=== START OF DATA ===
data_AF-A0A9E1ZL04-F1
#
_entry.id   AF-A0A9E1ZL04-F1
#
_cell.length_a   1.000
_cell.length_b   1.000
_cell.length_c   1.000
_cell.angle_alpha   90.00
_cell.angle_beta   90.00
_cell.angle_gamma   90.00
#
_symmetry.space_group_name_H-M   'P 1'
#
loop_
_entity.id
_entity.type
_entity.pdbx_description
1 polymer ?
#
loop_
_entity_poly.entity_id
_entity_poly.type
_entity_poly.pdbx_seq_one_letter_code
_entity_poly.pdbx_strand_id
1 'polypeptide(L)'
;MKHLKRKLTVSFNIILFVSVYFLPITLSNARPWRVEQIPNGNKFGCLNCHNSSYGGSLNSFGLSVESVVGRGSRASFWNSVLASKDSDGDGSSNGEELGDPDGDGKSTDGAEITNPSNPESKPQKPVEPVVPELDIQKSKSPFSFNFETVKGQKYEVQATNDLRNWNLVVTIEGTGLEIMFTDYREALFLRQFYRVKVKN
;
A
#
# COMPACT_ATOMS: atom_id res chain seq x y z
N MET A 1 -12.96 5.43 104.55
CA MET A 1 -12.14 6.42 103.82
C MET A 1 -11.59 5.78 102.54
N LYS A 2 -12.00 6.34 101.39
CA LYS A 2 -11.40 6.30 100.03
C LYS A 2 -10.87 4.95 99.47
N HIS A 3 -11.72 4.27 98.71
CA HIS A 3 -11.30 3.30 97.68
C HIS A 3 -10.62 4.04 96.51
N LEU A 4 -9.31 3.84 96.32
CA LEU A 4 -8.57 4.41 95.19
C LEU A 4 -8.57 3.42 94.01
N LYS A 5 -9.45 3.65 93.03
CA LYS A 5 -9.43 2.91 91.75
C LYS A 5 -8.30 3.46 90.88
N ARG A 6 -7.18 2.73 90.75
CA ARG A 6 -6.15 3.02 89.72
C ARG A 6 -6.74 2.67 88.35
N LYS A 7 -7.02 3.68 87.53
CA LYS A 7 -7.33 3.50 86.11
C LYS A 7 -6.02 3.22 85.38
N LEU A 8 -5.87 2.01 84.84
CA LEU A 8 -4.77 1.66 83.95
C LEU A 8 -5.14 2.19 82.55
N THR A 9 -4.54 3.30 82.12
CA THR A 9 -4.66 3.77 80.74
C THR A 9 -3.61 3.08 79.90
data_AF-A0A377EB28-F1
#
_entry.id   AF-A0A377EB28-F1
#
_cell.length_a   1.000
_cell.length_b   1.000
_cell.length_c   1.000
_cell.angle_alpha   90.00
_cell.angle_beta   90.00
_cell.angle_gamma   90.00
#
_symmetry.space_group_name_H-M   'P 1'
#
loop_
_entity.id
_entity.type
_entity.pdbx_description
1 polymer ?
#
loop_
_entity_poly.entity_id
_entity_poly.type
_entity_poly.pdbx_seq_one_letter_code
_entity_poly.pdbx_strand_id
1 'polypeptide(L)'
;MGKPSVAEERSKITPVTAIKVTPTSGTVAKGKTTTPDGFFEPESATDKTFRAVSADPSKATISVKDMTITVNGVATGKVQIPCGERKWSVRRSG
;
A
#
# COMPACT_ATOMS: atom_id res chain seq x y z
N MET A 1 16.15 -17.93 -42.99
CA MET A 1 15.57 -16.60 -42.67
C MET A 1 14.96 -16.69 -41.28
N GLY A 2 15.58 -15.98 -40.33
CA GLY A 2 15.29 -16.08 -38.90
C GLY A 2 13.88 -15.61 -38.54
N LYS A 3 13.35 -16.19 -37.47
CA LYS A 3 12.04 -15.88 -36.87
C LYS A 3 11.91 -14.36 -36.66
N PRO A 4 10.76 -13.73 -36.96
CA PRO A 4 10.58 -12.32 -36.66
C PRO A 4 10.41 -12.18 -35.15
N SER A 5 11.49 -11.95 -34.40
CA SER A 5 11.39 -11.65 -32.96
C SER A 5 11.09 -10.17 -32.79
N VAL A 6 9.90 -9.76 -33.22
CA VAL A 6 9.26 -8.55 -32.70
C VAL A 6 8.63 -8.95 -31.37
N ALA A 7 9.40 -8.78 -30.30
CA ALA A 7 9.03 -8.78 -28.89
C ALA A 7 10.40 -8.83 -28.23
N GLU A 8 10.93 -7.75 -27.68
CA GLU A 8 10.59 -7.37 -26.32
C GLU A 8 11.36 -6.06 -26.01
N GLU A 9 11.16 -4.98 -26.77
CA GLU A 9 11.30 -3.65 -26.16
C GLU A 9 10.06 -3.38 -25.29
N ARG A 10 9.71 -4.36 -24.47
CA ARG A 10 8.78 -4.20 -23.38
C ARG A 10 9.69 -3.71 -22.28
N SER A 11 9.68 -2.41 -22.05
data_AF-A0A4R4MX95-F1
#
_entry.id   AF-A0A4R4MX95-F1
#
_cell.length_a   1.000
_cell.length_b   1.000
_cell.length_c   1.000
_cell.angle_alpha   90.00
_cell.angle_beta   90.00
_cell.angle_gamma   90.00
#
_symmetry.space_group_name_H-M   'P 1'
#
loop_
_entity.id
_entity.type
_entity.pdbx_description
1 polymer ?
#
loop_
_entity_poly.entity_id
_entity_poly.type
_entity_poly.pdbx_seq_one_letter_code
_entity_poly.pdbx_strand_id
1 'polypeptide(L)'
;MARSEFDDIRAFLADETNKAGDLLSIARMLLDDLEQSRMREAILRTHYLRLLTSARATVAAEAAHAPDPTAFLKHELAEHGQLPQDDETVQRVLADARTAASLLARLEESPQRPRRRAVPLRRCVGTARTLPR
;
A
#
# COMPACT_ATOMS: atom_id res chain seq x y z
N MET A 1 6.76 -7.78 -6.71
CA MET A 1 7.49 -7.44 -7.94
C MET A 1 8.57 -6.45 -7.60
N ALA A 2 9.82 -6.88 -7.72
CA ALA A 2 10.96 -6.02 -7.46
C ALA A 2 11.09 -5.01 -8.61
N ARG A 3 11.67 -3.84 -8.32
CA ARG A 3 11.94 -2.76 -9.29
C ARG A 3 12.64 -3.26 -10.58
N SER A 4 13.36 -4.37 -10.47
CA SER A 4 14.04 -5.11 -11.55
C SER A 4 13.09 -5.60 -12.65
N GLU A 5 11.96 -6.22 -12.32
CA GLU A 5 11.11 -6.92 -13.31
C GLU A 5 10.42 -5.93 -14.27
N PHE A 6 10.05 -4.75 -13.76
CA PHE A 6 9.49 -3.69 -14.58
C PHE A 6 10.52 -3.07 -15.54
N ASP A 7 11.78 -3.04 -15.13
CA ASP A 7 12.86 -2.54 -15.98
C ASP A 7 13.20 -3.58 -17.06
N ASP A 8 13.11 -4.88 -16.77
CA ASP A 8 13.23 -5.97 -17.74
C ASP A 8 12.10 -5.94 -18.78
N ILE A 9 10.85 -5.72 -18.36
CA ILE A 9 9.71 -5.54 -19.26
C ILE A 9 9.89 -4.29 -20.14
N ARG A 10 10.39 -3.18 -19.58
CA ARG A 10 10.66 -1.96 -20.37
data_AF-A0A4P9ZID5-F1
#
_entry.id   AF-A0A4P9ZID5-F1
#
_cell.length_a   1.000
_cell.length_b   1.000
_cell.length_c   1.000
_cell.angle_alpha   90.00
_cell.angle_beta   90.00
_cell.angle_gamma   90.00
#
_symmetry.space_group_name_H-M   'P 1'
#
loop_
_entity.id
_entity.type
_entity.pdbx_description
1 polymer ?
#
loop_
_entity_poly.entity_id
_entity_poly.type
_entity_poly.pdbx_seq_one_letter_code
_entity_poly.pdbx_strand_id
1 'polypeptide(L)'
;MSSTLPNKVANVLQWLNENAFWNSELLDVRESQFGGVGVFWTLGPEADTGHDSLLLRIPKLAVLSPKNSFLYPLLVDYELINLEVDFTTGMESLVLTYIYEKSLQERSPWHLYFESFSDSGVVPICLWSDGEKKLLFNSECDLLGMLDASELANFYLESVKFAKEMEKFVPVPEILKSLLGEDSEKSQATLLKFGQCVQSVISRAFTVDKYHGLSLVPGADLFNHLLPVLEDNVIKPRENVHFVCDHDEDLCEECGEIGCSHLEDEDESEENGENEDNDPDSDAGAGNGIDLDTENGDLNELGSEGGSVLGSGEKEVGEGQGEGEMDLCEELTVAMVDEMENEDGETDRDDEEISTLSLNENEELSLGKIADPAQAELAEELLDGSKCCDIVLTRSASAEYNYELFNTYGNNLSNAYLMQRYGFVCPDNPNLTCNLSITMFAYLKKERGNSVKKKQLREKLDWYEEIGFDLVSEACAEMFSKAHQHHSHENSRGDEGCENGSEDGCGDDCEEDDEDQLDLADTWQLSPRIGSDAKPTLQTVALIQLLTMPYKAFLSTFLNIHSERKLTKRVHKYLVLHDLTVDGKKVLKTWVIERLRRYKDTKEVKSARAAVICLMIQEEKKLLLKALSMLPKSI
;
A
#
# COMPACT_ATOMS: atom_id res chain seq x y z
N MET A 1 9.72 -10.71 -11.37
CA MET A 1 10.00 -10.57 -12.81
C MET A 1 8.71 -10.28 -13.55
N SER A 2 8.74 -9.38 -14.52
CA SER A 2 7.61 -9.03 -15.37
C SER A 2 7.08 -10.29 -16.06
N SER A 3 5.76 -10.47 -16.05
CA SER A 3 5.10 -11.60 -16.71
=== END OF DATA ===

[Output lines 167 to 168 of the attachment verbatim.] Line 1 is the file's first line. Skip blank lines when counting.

N ASP A 7 11.78 -3.04 -15.13
CA ASP A 7 12.86 -2.54 -15.98